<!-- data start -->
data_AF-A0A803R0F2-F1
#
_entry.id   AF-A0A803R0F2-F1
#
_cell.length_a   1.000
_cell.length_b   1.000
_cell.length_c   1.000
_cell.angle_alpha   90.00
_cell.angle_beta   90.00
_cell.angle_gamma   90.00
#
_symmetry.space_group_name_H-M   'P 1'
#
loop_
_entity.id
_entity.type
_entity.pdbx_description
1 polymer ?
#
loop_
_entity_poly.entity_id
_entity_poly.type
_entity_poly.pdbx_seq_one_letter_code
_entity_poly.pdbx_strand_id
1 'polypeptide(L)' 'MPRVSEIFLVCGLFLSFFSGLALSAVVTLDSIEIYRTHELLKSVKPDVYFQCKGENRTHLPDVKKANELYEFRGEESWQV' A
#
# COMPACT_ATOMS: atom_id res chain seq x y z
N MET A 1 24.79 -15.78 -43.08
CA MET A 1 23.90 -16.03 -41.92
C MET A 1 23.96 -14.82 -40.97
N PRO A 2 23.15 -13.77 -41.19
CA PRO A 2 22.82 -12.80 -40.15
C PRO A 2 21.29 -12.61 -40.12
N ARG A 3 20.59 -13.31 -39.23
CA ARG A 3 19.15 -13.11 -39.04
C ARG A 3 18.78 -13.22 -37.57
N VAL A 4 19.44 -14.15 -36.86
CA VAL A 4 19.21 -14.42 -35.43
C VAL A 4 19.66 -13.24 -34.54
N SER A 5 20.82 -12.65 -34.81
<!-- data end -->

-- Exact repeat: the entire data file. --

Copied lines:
data_AF-A0A803R0F2-F1
#
_entry.id   AF-A0A803R0F2-F1
#
_cell.length_a   1.000
_cell.length_b   1.000
_cell.length_c   1.000
_cell.angle_alpha   90.00
_cell.angle_beta   90.00
_cell.angle_gamma   90.00
#
_symmetry.space_group_name_H-M   'P 1'
#
loop_
_entity.id
_entity.type
_entity.pdbx_description
1 polymer ?
#
loop_
_entity_poly.entity_id
_entity_poly.type
_entity_poly.pdbx_seq_one_letter_code
_entity_poly.pdbx_strand_id
1 'polypeptide(L)' 'MPRVSEIFLVCGLFLSFFSGLALSAVVTLDSIEIYRTHELLKSVKPDVYFQCKGENRTHLPDVKKANELYEFRGEESWQV' A
#
# COMPACT_ATOMS: atom_id res chain seq x y z
N MET A 1 24.79 -15.78 -43.08
CA MET A 1 23.90 -16.03 -41.92
C MET A 1 23.96 -14.82 -40.97
N PRO A 2 23.15 -13.77 -41.19
CA PRO A 2 22.82 -12.80 -40.15
C PRO A 2 21.29 -12.61 -40.12
N ARG A 3 20.59 -13.31 -39.23
CA ARG A 3 19.15 -13.11 -39.04
C ARG A 3 18.78 -13.22 -37.57
N VAL A 4 19.44 -14.15 -36.86
CA VAL A 4 19.21 -14.42 -35.43
C VAL A 4 19.66 -13.24 -34.54
N SER A 5 20.82 -12.65 -34.81